More Roman Technology via Fabatus

RRC 412 : L. Roscius Fabatus’ issue like Papius’ uses paired control marks (and also celebrates Juno Sopita). Some pairs repeat but some see unique to Fabatus. We saw the groma in my last post, but there are other fun examples of Roman technology on this series.

Lotto machine for randomizing ball draws!

CNG 64, 805: “L. Roscius Fabatus. 59 BC. AR Serrate Denarius (3.92 gm). Head of Juno Sospita right, wearing goat’s skin; lottery machine behind / Female standing right feeding serpent; lottery ball behind. Crawford 412/1 (symbols 103); Sydenham 915; Roscia 3. … The symbols on this particular issue of L. Roscius Fabatus depict components of an ancient lottery system. While Crawford misdescribed these symbols as a well and an unknown symbol, their actual identification is possible by comparison with contorniates made hundreds of years later which depict the identical equipment (see, e.g., Alföldi 203). Furthermore, it may be deduced through the comparisons with the contorniates that the lottery system they were parts of related to the determination of the starting positions in a chariot race.”

This is also a great example about why one must read auction catalogues: they contain key information not just on specimens but also on types and also often finds and relevant scholarship. I just wish the individual entries were authored.

It took me the better half of forever to find the right comparative image but I did it and I regret not a moment spent trolling contorniates. (a good blog post about them in French)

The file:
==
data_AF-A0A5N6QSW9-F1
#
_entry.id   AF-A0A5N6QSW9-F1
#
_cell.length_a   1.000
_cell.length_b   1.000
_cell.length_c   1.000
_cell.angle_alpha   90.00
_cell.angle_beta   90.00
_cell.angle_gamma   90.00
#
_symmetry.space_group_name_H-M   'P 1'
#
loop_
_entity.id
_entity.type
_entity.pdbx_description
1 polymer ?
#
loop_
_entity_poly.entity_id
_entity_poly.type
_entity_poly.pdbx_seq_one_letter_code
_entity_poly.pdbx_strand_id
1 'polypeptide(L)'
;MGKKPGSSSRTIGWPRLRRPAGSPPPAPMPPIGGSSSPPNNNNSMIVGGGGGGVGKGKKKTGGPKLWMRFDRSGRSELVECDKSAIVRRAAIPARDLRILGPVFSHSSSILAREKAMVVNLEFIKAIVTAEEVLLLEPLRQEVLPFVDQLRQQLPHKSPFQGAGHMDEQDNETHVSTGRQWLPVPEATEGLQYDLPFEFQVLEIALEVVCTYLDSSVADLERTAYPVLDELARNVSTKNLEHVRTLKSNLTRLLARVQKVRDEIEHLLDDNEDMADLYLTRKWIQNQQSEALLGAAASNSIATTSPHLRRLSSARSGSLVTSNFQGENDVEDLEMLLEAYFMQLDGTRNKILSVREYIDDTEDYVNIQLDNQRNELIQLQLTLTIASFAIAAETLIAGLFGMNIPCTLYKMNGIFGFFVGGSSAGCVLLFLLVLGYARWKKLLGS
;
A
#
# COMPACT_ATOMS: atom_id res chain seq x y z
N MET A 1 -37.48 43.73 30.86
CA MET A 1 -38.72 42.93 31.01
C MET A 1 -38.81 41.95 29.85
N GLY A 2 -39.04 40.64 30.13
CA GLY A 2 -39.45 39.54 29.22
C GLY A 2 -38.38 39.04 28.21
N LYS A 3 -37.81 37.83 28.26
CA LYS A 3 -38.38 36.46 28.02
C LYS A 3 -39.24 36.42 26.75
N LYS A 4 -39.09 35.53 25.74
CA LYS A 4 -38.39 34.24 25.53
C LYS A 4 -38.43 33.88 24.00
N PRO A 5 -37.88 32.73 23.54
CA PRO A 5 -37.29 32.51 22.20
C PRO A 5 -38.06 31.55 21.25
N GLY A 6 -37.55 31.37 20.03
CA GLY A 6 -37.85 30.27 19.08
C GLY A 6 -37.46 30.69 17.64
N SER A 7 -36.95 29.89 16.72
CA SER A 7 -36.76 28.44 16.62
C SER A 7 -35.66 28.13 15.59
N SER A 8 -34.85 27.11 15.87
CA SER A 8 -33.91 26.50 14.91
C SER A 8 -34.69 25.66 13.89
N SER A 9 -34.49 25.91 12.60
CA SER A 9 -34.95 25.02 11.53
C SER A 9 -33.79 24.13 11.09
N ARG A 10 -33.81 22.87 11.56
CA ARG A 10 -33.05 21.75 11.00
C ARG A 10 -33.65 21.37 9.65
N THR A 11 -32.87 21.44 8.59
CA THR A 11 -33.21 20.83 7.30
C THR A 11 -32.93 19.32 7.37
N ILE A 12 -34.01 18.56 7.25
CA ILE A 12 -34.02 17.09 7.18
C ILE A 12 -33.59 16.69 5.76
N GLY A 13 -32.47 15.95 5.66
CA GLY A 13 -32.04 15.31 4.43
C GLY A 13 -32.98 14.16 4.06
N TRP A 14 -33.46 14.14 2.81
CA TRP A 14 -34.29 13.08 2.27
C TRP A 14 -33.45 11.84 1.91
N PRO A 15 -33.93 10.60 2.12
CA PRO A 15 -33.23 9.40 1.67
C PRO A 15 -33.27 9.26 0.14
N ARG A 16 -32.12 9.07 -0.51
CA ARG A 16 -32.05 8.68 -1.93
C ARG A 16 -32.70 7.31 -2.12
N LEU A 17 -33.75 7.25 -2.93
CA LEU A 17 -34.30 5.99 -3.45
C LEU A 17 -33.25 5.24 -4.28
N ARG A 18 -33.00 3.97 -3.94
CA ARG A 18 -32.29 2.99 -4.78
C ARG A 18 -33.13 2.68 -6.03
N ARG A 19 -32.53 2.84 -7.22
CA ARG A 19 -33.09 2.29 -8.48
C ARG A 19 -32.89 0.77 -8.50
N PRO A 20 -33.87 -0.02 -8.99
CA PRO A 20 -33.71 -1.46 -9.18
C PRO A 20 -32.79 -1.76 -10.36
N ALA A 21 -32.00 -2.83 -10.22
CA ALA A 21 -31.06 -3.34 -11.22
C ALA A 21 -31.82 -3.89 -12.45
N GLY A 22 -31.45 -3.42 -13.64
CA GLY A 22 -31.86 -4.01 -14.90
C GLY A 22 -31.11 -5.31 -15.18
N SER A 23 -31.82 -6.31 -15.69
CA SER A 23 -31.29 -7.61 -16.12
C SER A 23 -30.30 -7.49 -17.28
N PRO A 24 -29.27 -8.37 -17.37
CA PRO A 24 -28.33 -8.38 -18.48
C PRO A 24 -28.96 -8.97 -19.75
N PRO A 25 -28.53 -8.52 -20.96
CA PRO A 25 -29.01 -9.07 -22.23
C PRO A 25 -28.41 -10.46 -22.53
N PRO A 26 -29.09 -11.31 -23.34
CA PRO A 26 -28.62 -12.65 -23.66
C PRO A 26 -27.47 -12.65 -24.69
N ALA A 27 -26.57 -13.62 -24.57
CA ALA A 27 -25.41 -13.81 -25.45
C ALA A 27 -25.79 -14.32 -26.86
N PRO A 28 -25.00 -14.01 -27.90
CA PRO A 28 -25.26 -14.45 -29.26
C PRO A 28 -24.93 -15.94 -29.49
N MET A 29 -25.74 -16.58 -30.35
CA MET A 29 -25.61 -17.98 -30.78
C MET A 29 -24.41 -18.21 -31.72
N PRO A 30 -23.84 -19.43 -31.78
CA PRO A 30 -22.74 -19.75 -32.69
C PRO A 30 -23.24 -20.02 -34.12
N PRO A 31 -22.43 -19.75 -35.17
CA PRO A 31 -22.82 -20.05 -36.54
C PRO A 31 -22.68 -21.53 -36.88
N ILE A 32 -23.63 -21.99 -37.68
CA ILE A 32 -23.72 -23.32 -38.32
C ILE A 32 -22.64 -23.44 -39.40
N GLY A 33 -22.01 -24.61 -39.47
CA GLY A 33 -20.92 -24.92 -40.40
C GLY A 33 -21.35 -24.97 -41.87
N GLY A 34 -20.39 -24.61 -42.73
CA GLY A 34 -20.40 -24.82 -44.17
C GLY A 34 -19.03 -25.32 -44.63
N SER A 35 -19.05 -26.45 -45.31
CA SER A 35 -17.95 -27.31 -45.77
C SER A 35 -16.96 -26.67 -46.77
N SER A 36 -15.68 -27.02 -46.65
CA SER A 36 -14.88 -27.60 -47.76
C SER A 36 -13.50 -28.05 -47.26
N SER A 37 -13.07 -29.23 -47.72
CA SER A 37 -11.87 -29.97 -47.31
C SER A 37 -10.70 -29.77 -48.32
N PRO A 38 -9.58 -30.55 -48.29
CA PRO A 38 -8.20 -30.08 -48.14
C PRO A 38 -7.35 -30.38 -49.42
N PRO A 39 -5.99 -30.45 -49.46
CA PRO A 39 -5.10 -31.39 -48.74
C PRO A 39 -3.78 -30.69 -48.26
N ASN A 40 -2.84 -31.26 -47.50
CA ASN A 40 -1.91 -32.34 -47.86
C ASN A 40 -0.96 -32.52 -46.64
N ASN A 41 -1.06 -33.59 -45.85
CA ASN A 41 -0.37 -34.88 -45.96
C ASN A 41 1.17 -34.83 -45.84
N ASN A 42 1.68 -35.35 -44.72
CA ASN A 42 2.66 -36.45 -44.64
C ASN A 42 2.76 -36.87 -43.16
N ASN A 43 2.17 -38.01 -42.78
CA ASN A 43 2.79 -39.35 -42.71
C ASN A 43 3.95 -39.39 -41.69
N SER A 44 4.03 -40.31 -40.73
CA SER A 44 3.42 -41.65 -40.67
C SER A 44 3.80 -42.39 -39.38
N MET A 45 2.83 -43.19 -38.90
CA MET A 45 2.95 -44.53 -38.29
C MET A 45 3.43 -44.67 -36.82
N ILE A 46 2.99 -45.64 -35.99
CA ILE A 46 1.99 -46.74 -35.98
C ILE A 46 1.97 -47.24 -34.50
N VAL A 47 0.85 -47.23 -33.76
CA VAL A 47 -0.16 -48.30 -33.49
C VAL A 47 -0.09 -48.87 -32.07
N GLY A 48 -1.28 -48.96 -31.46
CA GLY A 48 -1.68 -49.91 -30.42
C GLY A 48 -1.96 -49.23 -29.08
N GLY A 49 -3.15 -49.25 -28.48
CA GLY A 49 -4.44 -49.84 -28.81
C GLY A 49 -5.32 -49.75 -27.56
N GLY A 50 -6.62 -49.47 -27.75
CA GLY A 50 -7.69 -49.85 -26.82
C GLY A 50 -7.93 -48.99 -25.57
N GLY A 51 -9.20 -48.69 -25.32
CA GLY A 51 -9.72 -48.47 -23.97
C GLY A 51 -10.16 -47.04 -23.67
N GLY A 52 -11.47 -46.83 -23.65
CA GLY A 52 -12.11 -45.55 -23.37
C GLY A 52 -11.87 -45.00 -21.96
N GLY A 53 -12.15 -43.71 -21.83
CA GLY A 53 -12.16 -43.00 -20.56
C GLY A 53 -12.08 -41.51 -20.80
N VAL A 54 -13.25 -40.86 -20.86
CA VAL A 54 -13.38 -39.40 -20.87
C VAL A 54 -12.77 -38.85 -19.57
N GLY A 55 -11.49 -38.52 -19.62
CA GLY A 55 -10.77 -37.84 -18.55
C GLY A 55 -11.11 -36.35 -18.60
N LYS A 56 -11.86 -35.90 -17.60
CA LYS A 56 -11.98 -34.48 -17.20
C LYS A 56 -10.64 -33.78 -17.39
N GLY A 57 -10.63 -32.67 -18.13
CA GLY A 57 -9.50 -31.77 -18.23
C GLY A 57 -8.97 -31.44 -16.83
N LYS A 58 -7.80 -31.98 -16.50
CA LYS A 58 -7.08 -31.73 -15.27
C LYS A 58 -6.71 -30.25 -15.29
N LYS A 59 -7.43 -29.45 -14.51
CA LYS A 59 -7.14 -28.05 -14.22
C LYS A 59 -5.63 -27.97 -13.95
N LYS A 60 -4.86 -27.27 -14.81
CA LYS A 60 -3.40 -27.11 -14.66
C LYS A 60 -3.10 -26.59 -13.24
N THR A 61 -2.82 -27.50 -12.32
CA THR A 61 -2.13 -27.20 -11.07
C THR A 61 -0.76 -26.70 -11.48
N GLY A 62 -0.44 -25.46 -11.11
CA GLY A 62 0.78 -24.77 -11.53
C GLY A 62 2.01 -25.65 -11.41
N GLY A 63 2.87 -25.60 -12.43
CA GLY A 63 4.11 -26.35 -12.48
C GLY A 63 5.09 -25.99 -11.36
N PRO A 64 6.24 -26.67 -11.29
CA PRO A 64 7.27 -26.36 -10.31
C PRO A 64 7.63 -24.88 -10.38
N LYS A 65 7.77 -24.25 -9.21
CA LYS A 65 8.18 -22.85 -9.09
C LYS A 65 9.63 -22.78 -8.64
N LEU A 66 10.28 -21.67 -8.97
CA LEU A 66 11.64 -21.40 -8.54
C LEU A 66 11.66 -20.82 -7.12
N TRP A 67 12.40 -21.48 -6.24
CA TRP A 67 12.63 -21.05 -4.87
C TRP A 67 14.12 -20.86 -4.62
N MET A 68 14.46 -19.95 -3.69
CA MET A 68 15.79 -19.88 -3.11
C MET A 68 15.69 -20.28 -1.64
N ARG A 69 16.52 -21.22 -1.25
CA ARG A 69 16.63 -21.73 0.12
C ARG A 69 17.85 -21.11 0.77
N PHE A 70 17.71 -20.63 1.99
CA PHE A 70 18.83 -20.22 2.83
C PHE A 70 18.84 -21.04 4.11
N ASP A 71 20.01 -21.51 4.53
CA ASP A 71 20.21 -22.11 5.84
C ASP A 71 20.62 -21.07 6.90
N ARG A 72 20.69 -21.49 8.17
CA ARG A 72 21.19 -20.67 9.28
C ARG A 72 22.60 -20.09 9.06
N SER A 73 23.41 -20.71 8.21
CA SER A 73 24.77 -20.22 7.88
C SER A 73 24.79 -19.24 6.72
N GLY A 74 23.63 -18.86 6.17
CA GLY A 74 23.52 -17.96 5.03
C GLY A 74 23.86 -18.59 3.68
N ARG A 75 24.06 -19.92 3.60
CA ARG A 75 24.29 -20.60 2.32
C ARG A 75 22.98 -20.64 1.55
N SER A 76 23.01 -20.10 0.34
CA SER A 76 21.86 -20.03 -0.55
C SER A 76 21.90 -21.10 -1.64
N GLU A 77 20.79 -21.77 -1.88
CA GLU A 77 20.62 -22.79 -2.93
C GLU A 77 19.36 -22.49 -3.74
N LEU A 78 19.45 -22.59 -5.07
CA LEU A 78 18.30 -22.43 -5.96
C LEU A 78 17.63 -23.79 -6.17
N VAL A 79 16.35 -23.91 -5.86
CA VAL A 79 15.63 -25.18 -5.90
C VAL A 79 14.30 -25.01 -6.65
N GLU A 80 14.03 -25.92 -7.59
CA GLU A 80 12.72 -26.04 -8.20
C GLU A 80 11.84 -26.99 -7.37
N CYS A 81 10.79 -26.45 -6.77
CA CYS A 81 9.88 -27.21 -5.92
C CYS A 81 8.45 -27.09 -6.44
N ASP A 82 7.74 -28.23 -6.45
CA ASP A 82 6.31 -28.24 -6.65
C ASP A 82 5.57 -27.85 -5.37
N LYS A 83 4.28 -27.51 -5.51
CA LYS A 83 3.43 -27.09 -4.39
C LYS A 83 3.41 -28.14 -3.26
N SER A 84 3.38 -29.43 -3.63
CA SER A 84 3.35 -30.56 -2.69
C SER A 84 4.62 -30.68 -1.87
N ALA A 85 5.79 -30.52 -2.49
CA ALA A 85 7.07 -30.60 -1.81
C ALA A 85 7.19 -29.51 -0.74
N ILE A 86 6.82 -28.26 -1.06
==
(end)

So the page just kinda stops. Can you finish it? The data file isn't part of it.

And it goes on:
Bibliothèque nationale de France, département Monnaies, médailles et antiques, AF.17308 (IMP-11938) Gallica link
Just a few of the Schaefer archive photos

Unindentified Machine(?)

Schaefer images same link as that above

Schematic rendering

Do you know of a better specimen of with this control mark?! I’d love to see it.

It does not look like any water pump I can find from the ancient world and yet I wonder if it is not a hydraulic tool of some sort. Must get:

Ortloff, Charles R. The Hydraulic State: Science and Society in the Ancient World. Milton: Taylor and Francis, 2020.

Earliest representation of a Groma?!

Listed as unknown symbols by Crawford and others, but correctly identified by Fava.

RRC 412: 59 BCE (so Hersh and Walker and Hollstein)

Notice this depiction uses show two plumbs being used the not four typically used for reconstructions.

Yale specimen
Groma as obverse control mark on BM specimen
Ferramentum as reverse control mark on same BM specimen
The Schaefer Archive documents five specimens of this die pair / control mark pair.
Pin by Kevin Eoghan on Romans | Roman empire map, Ancient rome, Ancient  technology
Uncertain whom to credit for this useful diagram

Below later images from funerary contexts.

Corinth Computer Project: Roman Surveying
Gromatic Images from New Discoveries in Pompeii | SpringerLink
Arachne link

Comfort when Writing is HARD

I don’t want to loose these words of Dorothy Parker. (source)

This is instead of telephoning


I cant look you in the voice.

I simply cannot get that thing done

yet never have done such hard night and day work

never have so wanted anything to be good

and all I have is a pile of paper

covered in WRONG WORDS.

Can only keep at it

and hope to heaven to get it done.

Don’t know why it is so terribly difficult

or I terribly incompetant [sic].

– Dorothy Parker, 1945, a telegram to her editor

Thinking about Ontologies

So numismatics is exceptionally lucky to have a well developed disciplinary ontology and thus a well established culture of using linked open data, all thanks to

However, what the heck an ontology actually is and why it is essential to how we use and build digital tools isn’t always super clear, esp. to non-tech people. Max Ved nicely breaks it down for the laiety in these two blog posts:

What they are

How you build one

Concordia in Livy

BMCR 2019.08.47, Master reviews Ann Vasaly, Livy’s Political Philosophy: Power and Personality in Early Rome. New York: Cambridge University Press, 2018.